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TL;DR

A query defines a set of conditions on a collection of documents. Most of the time, only the documents that meet these conditions need to be published to the client. In many cases the query's conditions are subject to the state of the application (for instance the selected sorting field). This pattern describes how to update your query's result set reactively with meteor without losing the cursor's state. This way, results are preserved over different adjustements of a query if they meet both set of conditions.

an example case

To illustrate this pattern best, we'll be using the following example case throughout.

Let's say you have a collection of Players and a collection of Games. We track each score in a Scores collection. Some example data:

Players:

[
  {_id: "001", name: "Frans"},
  {_id: "002", name: "Jos"},
  {_id: "003", name: "Alain"}
]

Games:

[
  {_id: "001", name: "snake"},
  {_id: "002", name: "tetris"}
]

Scores:

[
  {_id: "001", player: "001", game: "001", score: 350},
  {_id: "002", player: "002", game: "001", score: 400},
  {_id: "003", player: "003", game: "001", score: 450},
  {_id: "004", player: "001", game: "001", score: 420},
  {_id: "005", player: "001", game: "002", score: 3500},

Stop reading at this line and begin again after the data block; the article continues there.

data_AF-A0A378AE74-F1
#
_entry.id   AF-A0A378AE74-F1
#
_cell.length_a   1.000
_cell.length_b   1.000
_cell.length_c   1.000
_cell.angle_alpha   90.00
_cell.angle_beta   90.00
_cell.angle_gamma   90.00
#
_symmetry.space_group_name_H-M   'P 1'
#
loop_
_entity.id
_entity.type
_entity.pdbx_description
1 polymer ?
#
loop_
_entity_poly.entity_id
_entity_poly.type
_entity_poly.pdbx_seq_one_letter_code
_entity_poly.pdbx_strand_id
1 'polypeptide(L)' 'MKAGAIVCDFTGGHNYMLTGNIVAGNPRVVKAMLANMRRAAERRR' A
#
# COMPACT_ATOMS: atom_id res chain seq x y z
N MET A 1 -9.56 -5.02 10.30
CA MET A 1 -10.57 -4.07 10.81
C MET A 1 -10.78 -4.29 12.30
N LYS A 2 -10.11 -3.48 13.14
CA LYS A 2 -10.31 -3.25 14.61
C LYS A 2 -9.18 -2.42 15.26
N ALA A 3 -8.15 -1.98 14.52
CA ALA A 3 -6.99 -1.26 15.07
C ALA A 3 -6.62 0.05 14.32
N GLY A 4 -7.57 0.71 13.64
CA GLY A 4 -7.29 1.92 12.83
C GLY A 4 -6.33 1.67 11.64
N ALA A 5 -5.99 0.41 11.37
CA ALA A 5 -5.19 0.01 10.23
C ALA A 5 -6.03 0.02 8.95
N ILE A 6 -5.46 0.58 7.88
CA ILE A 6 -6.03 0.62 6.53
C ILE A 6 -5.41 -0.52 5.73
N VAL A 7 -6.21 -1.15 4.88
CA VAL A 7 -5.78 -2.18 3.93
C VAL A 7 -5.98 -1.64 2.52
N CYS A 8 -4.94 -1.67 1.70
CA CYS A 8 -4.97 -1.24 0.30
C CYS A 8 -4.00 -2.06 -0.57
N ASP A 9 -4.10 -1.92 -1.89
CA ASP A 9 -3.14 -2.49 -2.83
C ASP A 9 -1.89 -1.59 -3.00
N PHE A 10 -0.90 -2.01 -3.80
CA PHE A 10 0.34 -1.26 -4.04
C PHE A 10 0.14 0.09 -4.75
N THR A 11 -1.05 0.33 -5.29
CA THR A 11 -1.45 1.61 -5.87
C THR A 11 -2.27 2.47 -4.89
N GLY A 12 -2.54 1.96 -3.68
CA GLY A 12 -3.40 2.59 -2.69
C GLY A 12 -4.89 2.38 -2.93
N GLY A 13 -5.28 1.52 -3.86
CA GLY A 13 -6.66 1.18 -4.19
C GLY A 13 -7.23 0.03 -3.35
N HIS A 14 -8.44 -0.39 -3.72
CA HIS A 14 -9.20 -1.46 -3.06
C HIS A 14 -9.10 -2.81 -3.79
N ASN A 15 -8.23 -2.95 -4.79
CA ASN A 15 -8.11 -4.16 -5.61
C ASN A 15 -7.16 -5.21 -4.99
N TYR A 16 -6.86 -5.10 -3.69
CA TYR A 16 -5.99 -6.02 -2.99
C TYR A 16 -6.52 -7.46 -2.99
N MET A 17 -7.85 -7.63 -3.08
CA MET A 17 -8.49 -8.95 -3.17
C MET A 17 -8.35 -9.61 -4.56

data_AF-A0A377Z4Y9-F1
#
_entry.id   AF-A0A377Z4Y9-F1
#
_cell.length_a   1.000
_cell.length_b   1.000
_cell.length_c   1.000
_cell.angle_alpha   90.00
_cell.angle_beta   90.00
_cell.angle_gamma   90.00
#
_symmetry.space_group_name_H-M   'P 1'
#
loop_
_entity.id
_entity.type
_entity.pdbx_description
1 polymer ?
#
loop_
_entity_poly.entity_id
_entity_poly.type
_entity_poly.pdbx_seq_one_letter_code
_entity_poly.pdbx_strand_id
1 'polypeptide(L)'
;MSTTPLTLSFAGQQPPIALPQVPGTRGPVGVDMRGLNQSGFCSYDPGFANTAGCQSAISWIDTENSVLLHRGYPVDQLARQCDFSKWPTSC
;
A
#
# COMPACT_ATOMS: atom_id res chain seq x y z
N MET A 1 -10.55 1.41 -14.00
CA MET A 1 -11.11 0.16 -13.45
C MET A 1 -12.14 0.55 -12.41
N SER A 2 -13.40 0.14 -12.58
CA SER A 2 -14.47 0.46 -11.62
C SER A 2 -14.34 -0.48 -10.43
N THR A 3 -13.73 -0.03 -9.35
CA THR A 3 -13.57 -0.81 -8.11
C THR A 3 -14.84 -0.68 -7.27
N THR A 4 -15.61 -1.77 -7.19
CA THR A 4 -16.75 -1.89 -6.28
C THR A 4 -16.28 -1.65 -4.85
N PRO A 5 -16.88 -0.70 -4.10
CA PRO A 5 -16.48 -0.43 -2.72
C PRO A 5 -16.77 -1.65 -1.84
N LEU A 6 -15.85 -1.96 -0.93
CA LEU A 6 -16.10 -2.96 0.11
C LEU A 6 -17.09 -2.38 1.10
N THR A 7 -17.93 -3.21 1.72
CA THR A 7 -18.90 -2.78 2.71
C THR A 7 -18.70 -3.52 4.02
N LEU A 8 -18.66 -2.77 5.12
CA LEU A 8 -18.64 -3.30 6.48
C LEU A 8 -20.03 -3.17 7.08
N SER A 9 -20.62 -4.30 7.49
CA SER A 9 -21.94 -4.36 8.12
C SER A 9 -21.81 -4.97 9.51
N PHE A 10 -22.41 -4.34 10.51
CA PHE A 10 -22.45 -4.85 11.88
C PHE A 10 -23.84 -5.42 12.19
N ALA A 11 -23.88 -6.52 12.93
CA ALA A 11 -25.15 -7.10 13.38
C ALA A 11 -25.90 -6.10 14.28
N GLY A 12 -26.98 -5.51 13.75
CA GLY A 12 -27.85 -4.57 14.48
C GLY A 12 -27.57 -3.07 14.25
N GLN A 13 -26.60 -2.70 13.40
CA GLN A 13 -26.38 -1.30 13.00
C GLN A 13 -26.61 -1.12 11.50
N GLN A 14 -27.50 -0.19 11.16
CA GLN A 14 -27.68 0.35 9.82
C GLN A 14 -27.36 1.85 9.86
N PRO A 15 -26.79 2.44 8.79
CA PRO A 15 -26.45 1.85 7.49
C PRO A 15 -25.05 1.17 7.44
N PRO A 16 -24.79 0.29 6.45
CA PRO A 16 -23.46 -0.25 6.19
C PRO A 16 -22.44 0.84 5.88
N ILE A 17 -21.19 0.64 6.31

{_id: "006", player: "003", game: "002", score: 2500},
  {_id: "007", player: "003", game: "002", score: 3700}
]

We want to list the highscore ranking for a game. When another game is selected, the ranking must be updated accordingly.

the evident approach

To template the ranking, we iterate over the result of a query that is run inside a ranking helper, and build an ordered list in the DOM.

ranking.html:

<template name="ranking">
  <ol>
  {{#each ranking}}
    {{#with dataScope}}
    <li>{{player.name}}: {{score}}</li>
    {{/with}}
  {{/each}}
  </ol>
</template>

The query returns all scores for a game who's ID is stored in a session variable selectedGame. To link the related player's data to the score document, we change the scope with a custom dataScope helper to fetch the related data.

ranking.js:

Template.ranking.helpers({
  'ranking': function(){
    return Scores.find(
      {game: Session.get('selectedGame')},
      {sort: {score: -1}}
    );
  },
  'dataScope': function(){
    return {
      player: Players.findOne(this.player),
      score: this.score
    }
  };
});

In order for this to work, we also need our data to be published depending on the currently selected game.

client.js

Meteor.startup(function(){
  Deps.autorun(function () {
    Meteor.subscribe('gameRanking', Session.get('selectedGame'));
  });
});

As soon as the selectedGame Session variable changes, the subscription is rerun, new data is being published and the query is rerun, matching the newly published documents.

Not only the Scores need to be published, but also the selected game in the Games collection and the player data of the player that registered the score to the Players collection.

server.js

Meteor.publish('gameRanking', function(gameId){
  check(gameId, String);
  // lookup all playerIds that have played this game
  // and make them unique
  var playerIds = _.uniq(_.pluck(
    Scores.find({game: gameId}, {fields:{player: true}}).fetch(),
    'player'
  ));
  return [
    Scores.find({game: gameId}),
    Players.find({_id: {$in: playerIds}}),
    Games.find({_id: gameId})
  ];
});

the drawbacks

This approach works. But there are a few drawbacks.